As I wrote yesterday, I don’t have resolutions, but I do have goals this year. I really feel quite absurdly adult every time I write that down. One of them is to improve the blog. Unfortunately, I have no idea how this may be done. I already give it pretty much my best shot, in the time I have and the mental capacity available to me. (As some of the Dear Readers know to their cost, this can be quite limited, especially on the days when the brain goes phhhttt at around tea-time.) I’m not quite sure where the improvement is going to come from.
Yeah, I thought, like one of those old hipsters who still wear jackets with fringes, I’ll snap up my prose and say things about life, man.
I’ll get snappy altogether. I’ll stop winding on and galloping off on tangents and saying the same thing in five different ways. I’ll bring in a bit more of the world. I shall put on my serious hat and address the Matters of the Day.
Most of all, I’ll stop banging on about the red mare. I hope you noticed that yesterday she did not get a mention.
And just this moment I thought: absolute buggery bollocks.
This is not supposed to be a great, shimmering, public achievement. It is the musing of an ordinary middle-aged woman, who happens to have the great good fortune to live in an extraordinary place. It’s not supposed to be life-changing, or profound, or philosophical. If it has a purpose, which I sometimes doubt, it is to raise a spirit, here and there. I swear I have become such a love and trees hippy that I think if I have made one person smile today, then my work is done.
I think: why did I decide that it must be better? Am I vamping for recognition or yearning for compliments or pleading for prizes? I don’t want to be that damn seal, begging for fish.
The lovely thing about a blog is that it is entirely voluntary. This is not your favourite newspaper, where you cannot avoid the idiot columnist who drives you batshit nuts in the head. It is not the prescribed book on the curriculum which you must summarise. If people hate it, they can read something else.
The mare exists here because I love her and I want her recorded. When she is no longer with me, I want to take down this book and slowly read. She is the great life event of my middle years, and she teaches me true things every day.
Today, she taught me something about stillness. I was rushing about as usual, up to HorseBack for work and a meeting, back to my desk with many pages of book to edit, thinking already about what I would write here, trying to catch Scotland with my camera as the most glorious sun dazzled down on the blue land. In the middle of all this, I went up to the field. The mare was hanging out with her little Paint friend, eating her hay and basking in the light. She stopped eating when I arrived, and stood next to me, her head over my shoulder, dozing gently as I scratched the special place on her cheek that is one of her sweet spots.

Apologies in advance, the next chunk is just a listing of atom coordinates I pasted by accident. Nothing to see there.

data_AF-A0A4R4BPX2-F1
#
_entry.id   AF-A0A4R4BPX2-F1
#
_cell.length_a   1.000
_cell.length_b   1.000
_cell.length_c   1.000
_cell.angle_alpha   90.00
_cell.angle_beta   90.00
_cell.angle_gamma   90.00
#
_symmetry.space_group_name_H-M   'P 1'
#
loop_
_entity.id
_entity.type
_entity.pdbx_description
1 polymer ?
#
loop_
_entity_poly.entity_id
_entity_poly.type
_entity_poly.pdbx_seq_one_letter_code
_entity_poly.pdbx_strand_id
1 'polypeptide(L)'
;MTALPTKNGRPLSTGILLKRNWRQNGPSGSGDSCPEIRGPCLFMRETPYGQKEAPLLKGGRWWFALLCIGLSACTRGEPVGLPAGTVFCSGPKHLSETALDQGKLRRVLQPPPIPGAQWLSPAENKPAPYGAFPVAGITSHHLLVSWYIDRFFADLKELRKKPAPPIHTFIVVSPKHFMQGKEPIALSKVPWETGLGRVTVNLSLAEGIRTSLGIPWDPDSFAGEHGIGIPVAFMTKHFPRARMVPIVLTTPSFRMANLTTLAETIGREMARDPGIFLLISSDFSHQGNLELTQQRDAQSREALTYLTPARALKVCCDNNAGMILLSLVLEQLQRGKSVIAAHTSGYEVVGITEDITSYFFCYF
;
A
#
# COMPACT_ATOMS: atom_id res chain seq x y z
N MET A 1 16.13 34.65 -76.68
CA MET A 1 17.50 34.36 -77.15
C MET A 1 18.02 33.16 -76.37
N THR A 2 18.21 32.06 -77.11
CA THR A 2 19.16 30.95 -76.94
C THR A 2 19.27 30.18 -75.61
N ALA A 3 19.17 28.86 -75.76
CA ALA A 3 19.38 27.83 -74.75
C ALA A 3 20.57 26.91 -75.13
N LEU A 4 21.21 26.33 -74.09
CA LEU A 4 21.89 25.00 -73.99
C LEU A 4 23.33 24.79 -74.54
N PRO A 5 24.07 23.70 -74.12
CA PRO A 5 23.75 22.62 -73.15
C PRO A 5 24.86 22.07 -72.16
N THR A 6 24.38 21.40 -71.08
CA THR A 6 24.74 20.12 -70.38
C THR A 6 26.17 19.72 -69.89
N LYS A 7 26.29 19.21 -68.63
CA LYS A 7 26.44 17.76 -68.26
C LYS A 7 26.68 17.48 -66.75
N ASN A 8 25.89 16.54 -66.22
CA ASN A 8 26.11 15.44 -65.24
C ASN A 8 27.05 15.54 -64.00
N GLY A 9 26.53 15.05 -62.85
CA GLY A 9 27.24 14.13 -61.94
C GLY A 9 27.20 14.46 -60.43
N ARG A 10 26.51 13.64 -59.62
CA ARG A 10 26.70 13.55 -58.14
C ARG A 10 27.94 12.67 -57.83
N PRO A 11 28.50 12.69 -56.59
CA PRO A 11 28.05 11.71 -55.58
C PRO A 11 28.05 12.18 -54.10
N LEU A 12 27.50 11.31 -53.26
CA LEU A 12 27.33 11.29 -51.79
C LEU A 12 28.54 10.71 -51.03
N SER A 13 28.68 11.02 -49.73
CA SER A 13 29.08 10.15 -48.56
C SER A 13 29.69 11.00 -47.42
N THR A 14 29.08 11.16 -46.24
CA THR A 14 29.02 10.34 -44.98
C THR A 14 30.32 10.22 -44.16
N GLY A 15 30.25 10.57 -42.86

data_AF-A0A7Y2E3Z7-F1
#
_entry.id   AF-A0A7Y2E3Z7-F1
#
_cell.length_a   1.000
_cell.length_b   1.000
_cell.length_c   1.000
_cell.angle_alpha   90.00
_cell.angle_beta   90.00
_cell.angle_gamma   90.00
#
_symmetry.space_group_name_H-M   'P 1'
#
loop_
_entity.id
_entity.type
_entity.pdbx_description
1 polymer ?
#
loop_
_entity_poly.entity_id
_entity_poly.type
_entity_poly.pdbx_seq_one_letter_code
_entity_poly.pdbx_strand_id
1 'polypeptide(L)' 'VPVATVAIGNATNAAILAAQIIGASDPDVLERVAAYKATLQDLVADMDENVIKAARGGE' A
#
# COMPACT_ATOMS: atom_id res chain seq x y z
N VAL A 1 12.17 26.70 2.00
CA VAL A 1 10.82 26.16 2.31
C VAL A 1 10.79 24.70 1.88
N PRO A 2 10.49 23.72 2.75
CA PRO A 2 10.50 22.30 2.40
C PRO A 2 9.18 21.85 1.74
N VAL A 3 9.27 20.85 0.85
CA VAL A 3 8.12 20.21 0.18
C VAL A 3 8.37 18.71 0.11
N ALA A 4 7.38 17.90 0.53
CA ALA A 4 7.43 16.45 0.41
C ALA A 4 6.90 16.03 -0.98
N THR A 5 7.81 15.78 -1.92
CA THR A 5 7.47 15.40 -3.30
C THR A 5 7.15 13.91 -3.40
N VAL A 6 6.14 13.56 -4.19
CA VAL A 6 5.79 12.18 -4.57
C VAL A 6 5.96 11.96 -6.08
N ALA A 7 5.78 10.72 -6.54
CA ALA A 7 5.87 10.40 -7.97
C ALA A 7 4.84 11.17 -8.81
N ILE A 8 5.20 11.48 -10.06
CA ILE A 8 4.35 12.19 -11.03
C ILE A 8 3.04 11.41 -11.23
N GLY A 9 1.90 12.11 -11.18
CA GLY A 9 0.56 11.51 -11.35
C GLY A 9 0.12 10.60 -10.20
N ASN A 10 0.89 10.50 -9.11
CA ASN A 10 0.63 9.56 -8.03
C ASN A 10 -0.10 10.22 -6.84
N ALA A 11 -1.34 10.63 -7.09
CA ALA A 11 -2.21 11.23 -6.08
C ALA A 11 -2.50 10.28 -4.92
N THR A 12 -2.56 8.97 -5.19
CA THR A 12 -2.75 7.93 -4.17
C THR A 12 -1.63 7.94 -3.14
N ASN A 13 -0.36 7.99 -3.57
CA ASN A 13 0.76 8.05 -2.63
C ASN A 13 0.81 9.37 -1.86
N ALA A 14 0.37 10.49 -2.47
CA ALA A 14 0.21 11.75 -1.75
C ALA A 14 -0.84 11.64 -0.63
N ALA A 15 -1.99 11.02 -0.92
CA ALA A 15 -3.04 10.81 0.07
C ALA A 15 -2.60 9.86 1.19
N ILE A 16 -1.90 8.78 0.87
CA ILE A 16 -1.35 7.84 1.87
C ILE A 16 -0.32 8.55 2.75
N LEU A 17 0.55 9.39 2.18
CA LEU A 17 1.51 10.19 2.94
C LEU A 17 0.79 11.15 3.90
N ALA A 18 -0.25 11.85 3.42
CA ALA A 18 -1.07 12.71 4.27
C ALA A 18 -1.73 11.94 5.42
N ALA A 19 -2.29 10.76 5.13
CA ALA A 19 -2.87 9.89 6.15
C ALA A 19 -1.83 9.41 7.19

There have been a lot of articles lately about how mediation can save your life. I can’t meditate to save mine. My monkey mind monkeys around and I get cross and frustrated when I try to still it. As I stood under our favourite tree with my great, beautiful, powerful creature, harmony running from her mighty body to my puny one, I suddenly realised that I do meditate, just not in the usual way. The horse is my existential fulcrum.
She was a study in stillness, even as Stanley the Dog danced about her legs and staged his own running races. We were utterly still, together. She was not thinking about the book she had to write or the email she must send her agent or the time management she must attempt to enforce. She was just being her good, kind self, which is her special subject.
I put my head against hers and thought how people have a single word when they meditate. I chose a word. I filled my busy head with that word. I felt the word run from her self to mine, stitching us together, making us whole.
The word was love.
(The awful thing is I can imagine him doing a Leslie Phillips voice at moments like this. Ding dong.)
And here he looks like a Ten Best Dressed Man from Tailor and Cutter, circa 1959:
It is amazing to me how two such elegant, beautiful mares can sometimes look like a caricature of Farmer Giles:
Watching Stan the Man run his race:
Special Scottish sheep:
The view south over the Dee valley, from HorseBack this morning: